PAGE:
City centre development on track as first floors are complete
Manchester Goods Yard, part of Enterprise City, the tech, media and cultural cluster in the heart of Manchester city centre, has avoided development delays due to clever planning by Allied London.
The 400,000 sq ft building, which will host 3,000 Booking.com employees, is less than a year from completion, and now has 200 people on-site, with construction in full swing and back to that of pre-COVID levels.
Development of Manchester Goods Yard has been able to keep to its tight schedule of works, as building was safeguarded following a decision to assemble the structural concrete columns, concrete and glazed façade, and the mechanical and electrical distribution, off-site, as constructors prepared for the prospect of a no-deal Brexit.
Innovative development techniques have resulted in construction progressing in Lincolnshire, during stringent social distancing measures at the height of the COVID lockdown.
The concrete and glazing façade panels are manufactured and assembled to provide a unitised module that can be lifted and fixed into position to reduce the amount of time required to traditionally enclose the building.
This safeguarded material supplies and overlap on-site and off-site activities, therefore reducing the overall construction period.
The building’s New York warehouse-inspired façade is set to be delivered and installed in the coming months, marking another milestone in the construction of Booking.com’s new global headquarters.
The basement and ground floor at the e-commerce giant’s commercial hub are now complete, with further trades on-site to complete the fit-out, ready for retail and hospitality operators to plan moving in, following the relaxing of social distancing.
The Manchester Goods Yard development currently has 200 workers on-site, with construction currently at the sixth floor and fourth floor of the three interconnected buildings, ahead of topping out on the 10th floor in late Summer, with workers from across the UK and Europe returning to site.
The site has also welcomed other trades as development gathers pace, with brickwork, mechanical and electrical systems, and sprinklers all currently being installed.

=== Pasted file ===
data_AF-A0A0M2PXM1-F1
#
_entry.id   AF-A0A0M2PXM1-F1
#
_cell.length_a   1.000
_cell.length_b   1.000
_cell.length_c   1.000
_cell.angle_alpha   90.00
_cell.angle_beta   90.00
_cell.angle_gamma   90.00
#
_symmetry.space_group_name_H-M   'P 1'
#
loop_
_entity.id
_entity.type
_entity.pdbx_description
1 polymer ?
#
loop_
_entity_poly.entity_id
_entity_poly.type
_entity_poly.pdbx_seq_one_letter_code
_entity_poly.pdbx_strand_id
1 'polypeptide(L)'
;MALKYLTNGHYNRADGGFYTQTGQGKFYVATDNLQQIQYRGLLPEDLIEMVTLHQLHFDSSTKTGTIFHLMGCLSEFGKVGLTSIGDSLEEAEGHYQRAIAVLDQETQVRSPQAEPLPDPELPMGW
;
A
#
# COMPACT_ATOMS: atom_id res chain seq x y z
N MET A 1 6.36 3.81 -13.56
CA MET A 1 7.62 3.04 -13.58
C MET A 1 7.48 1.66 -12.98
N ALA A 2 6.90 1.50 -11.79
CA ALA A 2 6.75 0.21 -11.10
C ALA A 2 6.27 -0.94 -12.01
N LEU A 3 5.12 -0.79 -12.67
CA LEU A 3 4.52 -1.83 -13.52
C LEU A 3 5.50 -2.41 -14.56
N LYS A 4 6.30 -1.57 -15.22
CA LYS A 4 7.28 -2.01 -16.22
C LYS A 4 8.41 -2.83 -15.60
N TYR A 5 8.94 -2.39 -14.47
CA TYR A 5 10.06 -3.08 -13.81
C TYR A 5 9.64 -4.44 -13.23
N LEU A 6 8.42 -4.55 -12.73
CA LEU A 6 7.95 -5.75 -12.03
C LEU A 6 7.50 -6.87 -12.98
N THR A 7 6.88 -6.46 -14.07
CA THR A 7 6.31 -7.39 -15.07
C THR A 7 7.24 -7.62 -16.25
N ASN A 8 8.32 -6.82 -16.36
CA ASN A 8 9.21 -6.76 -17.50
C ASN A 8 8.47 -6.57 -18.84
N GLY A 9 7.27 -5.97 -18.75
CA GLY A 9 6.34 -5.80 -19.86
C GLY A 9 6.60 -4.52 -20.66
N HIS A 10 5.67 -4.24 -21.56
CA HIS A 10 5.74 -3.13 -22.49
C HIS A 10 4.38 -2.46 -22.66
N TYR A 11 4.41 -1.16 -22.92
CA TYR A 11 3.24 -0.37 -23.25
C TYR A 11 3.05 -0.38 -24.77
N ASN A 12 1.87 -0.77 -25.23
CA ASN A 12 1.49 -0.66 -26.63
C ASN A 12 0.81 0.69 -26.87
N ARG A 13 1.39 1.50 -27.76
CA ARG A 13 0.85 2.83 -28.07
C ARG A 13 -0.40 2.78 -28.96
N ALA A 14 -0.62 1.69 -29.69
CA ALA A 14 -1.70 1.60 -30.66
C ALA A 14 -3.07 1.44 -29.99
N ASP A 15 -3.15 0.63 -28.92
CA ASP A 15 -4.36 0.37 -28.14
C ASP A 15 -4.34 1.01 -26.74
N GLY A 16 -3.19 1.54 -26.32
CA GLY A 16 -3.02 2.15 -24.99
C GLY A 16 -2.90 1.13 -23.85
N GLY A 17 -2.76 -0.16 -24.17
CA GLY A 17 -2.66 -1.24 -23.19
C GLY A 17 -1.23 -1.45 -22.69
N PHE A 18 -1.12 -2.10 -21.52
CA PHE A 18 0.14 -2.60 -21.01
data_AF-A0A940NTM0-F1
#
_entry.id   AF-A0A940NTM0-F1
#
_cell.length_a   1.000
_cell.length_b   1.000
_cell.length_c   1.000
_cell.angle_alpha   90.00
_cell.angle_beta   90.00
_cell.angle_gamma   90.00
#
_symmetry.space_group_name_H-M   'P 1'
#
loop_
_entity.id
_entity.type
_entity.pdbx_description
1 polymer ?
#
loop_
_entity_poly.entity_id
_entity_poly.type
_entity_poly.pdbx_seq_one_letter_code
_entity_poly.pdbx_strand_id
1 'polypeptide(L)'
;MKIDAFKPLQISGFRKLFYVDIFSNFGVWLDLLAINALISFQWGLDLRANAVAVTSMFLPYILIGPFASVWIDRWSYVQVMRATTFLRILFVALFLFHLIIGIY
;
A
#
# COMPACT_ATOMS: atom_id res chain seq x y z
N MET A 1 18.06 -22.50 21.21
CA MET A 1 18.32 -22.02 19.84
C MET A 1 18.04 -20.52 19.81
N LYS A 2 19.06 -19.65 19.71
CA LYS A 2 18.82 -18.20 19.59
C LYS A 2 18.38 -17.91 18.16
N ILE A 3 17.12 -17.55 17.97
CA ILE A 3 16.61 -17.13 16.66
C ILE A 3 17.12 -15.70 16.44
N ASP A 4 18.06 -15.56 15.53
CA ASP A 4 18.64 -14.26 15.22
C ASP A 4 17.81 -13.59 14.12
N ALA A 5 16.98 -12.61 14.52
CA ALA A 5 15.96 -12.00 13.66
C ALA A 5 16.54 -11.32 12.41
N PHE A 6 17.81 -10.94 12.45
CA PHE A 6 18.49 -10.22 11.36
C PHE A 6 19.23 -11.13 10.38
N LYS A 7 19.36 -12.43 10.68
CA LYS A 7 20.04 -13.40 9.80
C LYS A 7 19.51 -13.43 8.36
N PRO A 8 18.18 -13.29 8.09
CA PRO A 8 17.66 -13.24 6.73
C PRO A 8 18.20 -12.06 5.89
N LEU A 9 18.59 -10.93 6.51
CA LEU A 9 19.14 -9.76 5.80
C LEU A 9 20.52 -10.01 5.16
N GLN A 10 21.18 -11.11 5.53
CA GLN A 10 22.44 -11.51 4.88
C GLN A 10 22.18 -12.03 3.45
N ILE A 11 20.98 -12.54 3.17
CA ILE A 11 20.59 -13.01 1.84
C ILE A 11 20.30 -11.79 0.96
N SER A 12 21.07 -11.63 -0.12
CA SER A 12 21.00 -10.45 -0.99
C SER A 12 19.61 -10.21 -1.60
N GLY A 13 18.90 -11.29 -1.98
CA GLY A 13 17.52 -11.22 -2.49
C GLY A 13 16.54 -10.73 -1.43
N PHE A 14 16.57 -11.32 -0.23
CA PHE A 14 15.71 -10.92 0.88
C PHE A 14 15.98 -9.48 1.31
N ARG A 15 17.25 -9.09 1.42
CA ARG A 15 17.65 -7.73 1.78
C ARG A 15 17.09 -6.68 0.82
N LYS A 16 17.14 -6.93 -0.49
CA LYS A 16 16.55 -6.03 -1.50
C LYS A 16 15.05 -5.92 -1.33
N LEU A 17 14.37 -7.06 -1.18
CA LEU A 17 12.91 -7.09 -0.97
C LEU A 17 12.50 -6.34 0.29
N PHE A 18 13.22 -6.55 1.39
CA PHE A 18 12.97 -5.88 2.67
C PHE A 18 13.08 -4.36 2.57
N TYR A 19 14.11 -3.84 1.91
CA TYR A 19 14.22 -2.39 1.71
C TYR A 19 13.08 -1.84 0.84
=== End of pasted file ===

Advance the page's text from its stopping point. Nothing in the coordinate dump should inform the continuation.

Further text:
Michael Ingall, founder and chief executive of Allied London, said: “Enterprise City is the most exciting development in the city, and will attract hundreds of businesses to base their headquarters, creating huge economic impact for the North West.
“It’s important that we continue development in line with government guidelines where possible, and help the country get back on its feet.
“Careful planning and the ability to make the façade and other elements of the building off-site has allowed us to keep to our construction timeline, but has also prepared us for the unforeseen impact of the pandemic.
“What started as contingency planning for a no-deal Brexit, and us storing 80% of the materials in the UK so they were not held up at the border or tied up in customs, has allowed us to increase the speed of construction as many others fall behind.”
Manchester Goods Yard contains 40,000 sq ft of leisure and retail space, which will be known as The Goods Yard, serving the surrounding buildings, and the soon-to-be-completed Factory, a new arts and cultural venue at the centre of Enterprise City.
Mr Ingall said: “The Goods Yard will be a unique variable workday and weekend offering – during the week, retail space will be contained within the building, and mainly serve a workday population, but at the weekend we will really turn the volume up, to create a weekend destination.
“Some time ago we trialled The Weekender, a collaborative retail, food, drink, cultural and family activity destination in the former Workshop.
“It worked really well, and we plan to bring it back every weekend.
“As of next year, we will be working with various local operating partners to include food, drink and craft markets, and music, film, events and family activities for everyone to enjoy.”
He added: “Creating an attractive development is just the first part of what we are doing at Enterprise City, part of our placemaking also involves welcoming a new generation of tech, digital and media workers to the district.
“Plans for The Weekender will allow us to strike the perfect balance of work life and social activity as business happens in these spaces as much as it does in the workplace.
“Creating a destination and a new home of modern working in the heart of the city requires more than just good development, it requires offering all the amenities and comforts a professional could want in one easy to access location.”